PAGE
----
COLUMBIA – The words “neck injury” being associated with All-American junior defensive end Jadeveon Clowney would seem, at first glance, to cause worries for South Carolina. But in this case, it’s not a big deal at all.

USC has one spring practice left, on Thursday, before Saturday’s spring game. There is a good chance Clowney will not participate either day, because of a sore back and neck. Clowney, the presumptive No. 1 overall pick in next year’s NFL draft, missed Saturday’s scrimmage because of the soreness and didn’t practice Tuesday.

None of this is of great concern to USC’s coaches – not the nature of the injury, nor Clowney missing a few practices more than four months before the season begins.

“His neck and back are still stiff,” defensive coordinator Lorenzo Ward said Tuesday. “Whether he gets another snap (this spring), I don’t care.”

Clowney got hurt last week when he ran into defensive tackle J.T. Surratt.

“Me and him were trying to hit the running back at the same time,” Clowney said. “I didn’t see him out of the corner of my eye. I had already turned my head. He beat me to the spot. I ended up hitting him in the back and my helmet came down and pushed my neck.

“My back and my neck hurt me, but I should be OK coming out of spring ball. I should be coming around soon, hopefully.”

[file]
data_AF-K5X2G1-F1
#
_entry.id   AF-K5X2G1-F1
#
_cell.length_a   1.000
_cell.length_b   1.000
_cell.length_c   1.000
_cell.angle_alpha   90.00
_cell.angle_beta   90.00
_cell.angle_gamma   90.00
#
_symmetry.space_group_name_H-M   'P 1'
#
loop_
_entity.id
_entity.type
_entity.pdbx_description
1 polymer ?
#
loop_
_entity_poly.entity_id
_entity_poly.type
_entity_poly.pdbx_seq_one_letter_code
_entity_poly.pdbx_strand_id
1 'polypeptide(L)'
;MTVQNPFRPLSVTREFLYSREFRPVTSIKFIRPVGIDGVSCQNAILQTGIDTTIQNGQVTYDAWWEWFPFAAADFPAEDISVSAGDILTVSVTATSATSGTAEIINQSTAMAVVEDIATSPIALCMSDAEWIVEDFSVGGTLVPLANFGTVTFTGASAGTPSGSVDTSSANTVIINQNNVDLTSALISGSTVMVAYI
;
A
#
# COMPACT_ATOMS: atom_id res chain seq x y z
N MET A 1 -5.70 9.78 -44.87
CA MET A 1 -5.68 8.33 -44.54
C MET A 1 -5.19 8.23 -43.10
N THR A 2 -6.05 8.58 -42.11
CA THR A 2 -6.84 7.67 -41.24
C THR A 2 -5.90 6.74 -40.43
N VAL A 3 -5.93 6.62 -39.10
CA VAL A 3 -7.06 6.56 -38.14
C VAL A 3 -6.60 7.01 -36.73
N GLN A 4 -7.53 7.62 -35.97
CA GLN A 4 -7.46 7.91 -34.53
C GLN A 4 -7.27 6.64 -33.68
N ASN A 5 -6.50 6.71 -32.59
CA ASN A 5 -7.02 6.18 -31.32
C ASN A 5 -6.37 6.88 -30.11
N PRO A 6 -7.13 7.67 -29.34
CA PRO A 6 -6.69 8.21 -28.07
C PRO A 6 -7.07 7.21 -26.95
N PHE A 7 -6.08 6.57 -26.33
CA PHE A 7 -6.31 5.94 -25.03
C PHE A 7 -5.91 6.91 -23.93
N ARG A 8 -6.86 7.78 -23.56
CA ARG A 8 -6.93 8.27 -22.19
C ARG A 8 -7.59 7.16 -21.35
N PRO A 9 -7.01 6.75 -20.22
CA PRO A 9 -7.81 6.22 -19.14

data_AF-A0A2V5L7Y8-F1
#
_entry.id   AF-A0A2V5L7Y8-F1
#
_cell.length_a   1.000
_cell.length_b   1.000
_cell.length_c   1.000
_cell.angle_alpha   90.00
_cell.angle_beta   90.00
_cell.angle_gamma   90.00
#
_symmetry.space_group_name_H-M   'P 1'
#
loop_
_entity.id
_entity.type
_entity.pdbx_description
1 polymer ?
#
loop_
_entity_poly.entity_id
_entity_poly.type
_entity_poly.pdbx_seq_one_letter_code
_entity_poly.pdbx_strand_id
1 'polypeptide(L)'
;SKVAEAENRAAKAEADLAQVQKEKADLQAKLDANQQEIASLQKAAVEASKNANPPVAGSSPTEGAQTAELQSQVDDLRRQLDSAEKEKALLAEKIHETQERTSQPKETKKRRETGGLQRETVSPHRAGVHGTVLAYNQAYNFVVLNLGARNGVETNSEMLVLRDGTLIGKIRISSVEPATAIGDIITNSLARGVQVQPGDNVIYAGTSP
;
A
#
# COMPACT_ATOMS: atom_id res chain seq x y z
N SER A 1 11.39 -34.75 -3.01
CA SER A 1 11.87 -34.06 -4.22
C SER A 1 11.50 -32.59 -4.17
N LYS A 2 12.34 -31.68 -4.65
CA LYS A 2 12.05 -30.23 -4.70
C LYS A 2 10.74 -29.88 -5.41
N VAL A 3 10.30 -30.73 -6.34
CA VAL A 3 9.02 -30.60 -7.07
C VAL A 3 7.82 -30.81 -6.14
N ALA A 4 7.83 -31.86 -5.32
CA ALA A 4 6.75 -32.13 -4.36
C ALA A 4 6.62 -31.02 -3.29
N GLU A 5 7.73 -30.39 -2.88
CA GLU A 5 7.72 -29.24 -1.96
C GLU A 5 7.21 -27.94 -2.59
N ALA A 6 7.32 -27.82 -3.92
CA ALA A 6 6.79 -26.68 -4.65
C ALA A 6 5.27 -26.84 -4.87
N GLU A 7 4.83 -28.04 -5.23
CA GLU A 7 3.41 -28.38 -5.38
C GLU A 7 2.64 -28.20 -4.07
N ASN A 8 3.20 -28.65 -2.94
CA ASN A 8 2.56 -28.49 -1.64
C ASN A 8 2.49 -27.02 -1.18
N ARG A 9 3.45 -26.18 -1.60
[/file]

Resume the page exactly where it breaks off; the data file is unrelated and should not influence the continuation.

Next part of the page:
As for whether he will play again this spring, Clowney said, “That’s up to the coaches.”

USC coach Steve Spurrier has long used spring practices to develop younger players. Returning stars like Clowney don’t get a lot of snaps, even when they are healthy. They rarely participate in spring scrimmages or even the spring game.

The coaches have frequently dismissed the importance this spring of starting quarterback Connor Shaw, a senior, being sidelined all spring because of foot surgery. Quarterbacks coach G.A. Mangus said Shaw already knows the system well, and isn’t missing anything by standing on the sideline instead of going through practice reps.

So even if Clowney was 100 percent, he would probably spend most of the spring game on the sideline, with the other higher-profile players.

“Those older guys probably won’t get a lot of reps (in the spring game), if they get any,” Ward said.